“In that very challenging context, we put a greater focus in the second half of the year on the delivery of additional productivity and pricing. On productivity, we accelerated the already initiated cost category synergy programmes delivering another record of more than 5% productivity in H2,” he explained.

The productivity impact on the recurring operating profit margin was a positive 280 basis points, equating to EUR700m, with 150 points coming from pricing and mix. However, on the downside, input-cost inflation shaved off 480 points, or EUR1.2bn on the P&L, with the decline in volumes taking 30 points.

Danone’s margin loss was more pronounced on the Specialised Nutrition business, falling a full percentage point to 23.5% based on sales of EUR7.2bn. Sales from the division were up 1% on a like-for-like basis.

The company’s Essential Dairy and Plant-based (EDP) division saw a 40 basis-point margin decline to 9.8% based on sales of EUR13bn, a 3.7% gain in LFL terms.

Esser said plant-based maintained its mid-single-digit growth into the fourth quarter but suggested demand has slowed since a pandemic-led surge. “We are operating here in a continuously dynamic, even though momentarily slower category context, that is recycling the consumption peaks of 2020,” he said.

De Saint-Affrique added: “We’re seeing our markets are slowing down and probably a bit of balancing between plant-based and dairy-based. We kept having service issues and I think we will keep seeing some of it in the coming quarters.”

In infant formula, Danone registered fourth-quarter growth in the “mid-teens” in China, accompanied by what Esser said were “resilient market shares”.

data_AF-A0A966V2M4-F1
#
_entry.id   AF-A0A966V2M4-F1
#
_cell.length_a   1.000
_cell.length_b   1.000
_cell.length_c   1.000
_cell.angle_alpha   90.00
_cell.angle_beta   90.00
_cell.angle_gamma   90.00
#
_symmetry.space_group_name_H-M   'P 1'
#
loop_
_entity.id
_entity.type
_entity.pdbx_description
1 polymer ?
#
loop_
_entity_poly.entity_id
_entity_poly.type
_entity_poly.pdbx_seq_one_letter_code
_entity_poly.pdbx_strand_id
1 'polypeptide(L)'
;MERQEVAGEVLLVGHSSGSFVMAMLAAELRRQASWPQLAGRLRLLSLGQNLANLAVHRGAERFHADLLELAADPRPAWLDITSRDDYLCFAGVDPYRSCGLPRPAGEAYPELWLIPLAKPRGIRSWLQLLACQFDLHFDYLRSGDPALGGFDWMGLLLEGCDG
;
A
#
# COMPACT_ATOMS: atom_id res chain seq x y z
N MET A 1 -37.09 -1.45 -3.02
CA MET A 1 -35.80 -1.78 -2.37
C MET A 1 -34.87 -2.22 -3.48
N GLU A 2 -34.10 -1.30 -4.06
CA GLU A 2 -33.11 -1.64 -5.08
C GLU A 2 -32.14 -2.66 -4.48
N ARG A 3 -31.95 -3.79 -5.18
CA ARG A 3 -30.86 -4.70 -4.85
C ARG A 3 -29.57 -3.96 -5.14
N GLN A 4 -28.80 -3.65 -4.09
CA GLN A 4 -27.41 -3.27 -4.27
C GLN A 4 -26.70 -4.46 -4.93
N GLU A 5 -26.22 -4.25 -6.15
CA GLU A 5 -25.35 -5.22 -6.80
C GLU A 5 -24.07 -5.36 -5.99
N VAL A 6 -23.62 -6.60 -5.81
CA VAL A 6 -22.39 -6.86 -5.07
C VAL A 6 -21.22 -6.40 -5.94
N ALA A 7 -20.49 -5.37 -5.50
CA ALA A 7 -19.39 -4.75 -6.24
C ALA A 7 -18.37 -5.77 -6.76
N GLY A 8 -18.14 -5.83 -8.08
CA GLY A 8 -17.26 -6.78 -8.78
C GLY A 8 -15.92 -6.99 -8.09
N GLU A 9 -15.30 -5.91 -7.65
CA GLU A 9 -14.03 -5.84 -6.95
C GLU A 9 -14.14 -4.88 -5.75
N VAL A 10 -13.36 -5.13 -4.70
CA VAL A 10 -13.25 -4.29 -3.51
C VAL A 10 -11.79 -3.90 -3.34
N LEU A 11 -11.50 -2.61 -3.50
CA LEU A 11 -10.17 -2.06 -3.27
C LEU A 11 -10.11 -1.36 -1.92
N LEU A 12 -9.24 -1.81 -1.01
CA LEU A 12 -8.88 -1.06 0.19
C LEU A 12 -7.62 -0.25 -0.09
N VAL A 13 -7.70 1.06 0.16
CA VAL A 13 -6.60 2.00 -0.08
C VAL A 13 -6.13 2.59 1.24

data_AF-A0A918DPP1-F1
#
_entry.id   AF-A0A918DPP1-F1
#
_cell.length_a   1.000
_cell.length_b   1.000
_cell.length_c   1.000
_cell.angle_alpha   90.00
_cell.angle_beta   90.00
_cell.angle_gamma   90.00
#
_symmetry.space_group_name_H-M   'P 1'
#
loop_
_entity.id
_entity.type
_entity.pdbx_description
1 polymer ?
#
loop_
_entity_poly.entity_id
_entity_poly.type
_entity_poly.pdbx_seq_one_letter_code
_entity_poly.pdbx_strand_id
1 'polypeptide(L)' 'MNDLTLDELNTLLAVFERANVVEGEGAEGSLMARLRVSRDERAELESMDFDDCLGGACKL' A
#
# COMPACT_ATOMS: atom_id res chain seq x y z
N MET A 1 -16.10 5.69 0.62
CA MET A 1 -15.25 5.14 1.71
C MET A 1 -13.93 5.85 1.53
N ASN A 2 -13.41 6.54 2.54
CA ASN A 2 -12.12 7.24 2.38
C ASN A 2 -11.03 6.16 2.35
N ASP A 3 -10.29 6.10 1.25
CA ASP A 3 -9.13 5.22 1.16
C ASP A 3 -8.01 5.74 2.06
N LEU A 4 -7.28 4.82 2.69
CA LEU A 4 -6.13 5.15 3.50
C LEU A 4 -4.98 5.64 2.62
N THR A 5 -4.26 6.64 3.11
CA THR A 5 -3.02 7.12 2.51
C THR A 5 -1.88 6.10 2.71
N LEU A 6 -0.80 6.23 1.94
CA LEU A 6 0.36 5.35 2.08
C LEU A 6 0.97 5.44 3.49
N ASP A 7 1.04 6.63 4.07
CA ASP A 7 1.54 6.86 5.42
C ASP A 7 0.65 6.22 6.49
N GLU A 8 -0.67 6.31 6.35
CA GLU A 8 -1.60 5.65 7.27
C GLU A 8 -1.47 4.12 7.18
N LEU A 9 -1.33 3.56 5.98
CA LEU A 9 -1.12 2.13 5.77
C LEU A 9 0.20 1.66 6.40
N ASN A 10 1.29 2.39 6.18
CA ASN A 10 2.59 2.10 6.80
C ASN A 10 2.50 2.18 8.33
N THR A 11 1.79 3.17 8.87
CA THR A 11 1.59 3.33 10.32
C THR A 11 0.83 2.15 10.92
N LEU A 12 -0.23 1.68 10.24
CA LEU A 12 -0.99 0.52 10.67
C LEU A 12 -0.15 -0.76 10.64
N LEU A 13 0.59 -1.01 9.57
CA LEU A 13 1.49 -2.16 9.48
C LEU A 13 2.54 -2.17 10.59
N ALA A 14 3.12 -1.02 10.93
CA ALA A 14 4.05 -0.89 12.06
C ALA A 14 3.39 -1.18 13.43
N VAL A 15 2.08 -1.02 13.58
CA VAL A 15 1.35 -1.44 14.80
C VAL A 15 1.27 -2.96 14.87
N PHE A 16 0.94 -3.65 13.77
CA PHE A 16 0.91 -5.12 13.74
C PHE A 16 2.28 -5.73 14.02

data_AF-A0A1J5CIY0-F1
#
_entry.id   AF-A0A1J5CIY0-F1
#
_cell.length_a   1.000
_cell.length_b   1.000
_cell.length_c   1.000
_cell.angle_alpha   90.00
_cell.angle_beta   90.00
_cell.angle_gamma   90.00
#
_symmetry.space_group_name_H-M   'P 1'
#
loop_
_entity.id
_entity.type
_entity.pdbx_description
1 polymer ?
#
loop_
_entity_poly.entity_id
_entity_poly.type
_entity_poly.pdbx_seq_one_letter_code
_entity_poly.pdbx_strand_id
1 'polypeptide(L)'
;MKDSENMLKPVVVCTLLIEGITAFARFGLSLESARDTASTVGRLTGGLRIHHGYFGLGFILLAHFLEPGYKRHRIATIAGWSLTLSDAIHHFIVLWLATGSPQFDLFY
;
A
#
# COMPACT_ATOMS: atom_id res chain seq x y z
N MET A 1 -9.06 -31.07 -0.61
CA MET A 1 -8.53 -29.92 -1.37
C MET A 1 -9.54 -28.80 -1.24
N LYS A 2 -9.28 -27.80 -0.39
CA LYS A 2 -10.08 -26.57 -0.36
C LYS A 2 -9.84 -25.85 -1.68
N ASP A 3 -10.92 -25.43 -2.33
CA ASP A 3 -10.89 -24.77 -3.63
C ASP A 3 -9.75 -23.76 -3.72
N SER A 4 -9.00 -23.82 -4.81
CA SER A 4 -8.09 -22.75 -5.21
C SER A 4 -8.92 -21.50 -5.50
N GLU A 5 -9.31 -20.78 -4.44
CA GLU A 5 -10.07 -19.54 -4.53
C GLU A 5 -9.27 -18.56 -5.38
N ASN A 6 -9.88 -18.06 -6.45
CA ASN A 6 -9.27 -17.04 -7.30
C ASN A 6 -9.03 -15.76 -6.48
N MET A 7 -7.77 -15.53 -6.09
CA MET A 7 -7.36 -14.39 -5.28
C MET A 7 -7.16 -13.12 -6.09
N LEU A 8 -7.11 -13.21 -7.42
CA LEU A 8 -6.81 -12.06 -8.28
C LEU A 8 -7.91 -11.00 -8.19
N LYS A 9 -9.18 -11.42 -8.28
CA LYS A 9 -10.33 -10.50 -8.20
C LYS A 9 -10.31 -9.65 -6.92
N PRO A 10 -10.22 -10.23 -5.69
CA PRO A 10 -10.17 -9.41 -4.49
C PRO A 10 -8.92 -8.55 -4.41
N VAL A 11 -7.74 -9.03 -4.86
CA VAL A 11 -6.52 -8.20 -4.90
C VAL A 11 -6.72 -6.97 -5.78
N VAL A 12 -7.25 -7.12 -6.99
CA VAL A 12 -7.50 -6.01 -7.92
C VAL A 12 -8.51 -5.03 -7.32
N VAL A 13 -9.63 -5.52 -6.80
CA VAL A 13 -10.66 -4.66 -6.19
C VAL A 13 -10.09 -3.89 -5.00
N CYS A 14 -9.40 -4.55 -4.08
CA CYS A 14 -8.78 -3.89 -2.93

However, sales differed through channels, with the CFO acknowledging there is a downward trend in China, with the move to premium products not offsetting declining birth rates. He noted infant formula sold through non-controlled channels was now “below 20%” of Danone’s baby-powder business in the Asian country. “This is a structurally declining channel,” he said.

“Our domestic and international labels, which are sold through controlled, cross-border platforms, maintained their growth and market share momentum. Our sales of international labels, sold through indirect, non-controlled cross-border platforms, were slightly negative against the low base of last year, with travel, as well as trade activities, still very limited with mainland China,” Esser explained.

More will be revealed at Danone’s capital markets day next month as the business seeks to “defend and expand our competitive setting in China”, Esser said.

De Saint-Affrique gave an inkling of what to expect: “There is still plenty we can improve on, from our growth model to the quality of our execution and investment model. This will require a greater discipline on the basics, greater focus on execution, strengthening step-by-step some of our capabilities and driving what Danone was known for – a consumer-centric and a brands- and innovation-driven model.”